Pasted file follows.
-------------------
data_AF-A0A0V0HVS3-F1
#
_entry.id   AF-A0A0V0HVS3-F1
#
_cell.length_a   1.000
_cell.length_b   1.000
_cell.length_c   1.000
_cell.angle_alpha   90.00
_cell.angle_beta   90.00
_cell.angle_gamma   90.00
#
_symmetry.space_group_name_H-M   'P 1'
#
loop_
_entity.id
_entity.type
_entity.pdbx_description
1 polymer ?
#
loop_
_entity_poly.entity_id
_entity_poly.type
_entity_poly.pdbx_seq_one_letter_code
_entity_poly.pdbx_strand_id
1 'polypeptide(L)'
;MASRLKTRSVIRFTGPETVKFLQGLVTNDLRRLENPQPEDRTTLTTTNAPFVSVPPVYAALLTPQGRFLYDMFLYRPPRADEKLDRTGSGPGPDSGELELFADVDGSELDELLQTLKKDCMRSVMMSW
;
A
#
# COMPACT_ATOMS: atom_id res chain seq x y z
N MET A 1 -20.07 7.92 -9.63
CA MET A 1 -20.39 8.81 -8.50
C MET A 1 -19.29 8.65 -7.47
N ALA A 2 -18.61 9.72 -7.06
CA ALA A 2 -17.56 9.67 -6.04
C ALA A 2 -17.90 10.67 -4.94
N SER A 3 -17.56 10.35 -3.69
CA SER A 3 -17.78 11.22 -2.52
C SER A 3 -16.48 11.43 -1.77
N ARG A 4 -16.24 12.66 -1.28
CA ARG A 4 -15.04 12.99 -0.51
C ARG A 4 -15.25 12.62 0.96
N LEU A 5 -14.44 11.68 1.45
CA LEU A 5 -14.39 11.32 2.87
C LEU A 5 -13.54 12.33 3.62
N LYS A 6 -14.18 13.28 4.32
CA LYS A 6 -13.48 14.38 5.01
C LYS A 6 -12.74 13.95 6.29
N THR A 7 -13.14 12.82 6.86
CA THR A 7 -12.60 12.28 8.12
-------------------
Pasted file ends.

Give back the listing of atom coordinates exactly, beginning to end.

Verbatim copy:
data_AF-A0A0V0HVS3-F1
#
_entry.id   AF-A0A0V0HVS3-F1
#
_cell.length_a   1.000
_cell.length_b   1.000
_cell.length_c   1.000
_cell.angle_alpha   90.00
_cell.angle_beta   90.00
_cell.angle_gamma   90.00
#
_symmetry.space_group_name_H-M   'P 1'
#
loop_
_entity.id
_entity.type
_entity.pdbx_description
1 polymer ?
#
loop_
_entity_poly.entity_id
_entity_poly.type
_entity_poly.pdbx_seq_one_letter_code
_entity_poly.pdbx_strand_id
1 'polypeptide(L)'
;MASRLKTRSVIRFTGPETVKFLQGLVTNDLRRLENPQPEDRTTLTTTNAPFVSVPPVYAALLTPQGRFLYDMFLYRPPRADEKLDRTGSGPGPDSGELELFADVDGSELDELLQTLKKDCMRSVMMSW
;
A
#
# COMPACT_ATOMS: atom_id res chain seq x y z
N MET A 1 -20.07 7.92 -9.63
CA MET A 1 -20.39 8.81 -8.50
C MET A 1 -19.29 8.65 -7.47
N ALA A 2 -18.61 9.72 -7.06
CA ALA A 2 -17.56 9.67 -6.04
C ALA A 2 -17.90 10.67 -4.94
N SER A 3 -17.56 10.35 -3.69
CA SER A 3 -17.78 11.22 -2.52
C SER A 3 -16.48 11.43 -1.77
N ARG A 4 -16.24 12.66 -1.28
CA ARG A 4 -15.04 12.99 -0.51
C ARG A 4 -15.25 12.62 0.96
N LEU A 5 -14.44 11.68 1.45
CA LEU A 5 -14.39 11.32 2.87
C LEU A 5 -13.54 12.33 3.62
N LYS A 6 -14.18 13.28 4.32
CA LYS A 6 -13.48 14.38 5.01
C LYS A 6 -12.74 13.95 6.29
N THR A 7 -13.14 12.82 6.86
CA THR A 7 -12.60 12.28 8.12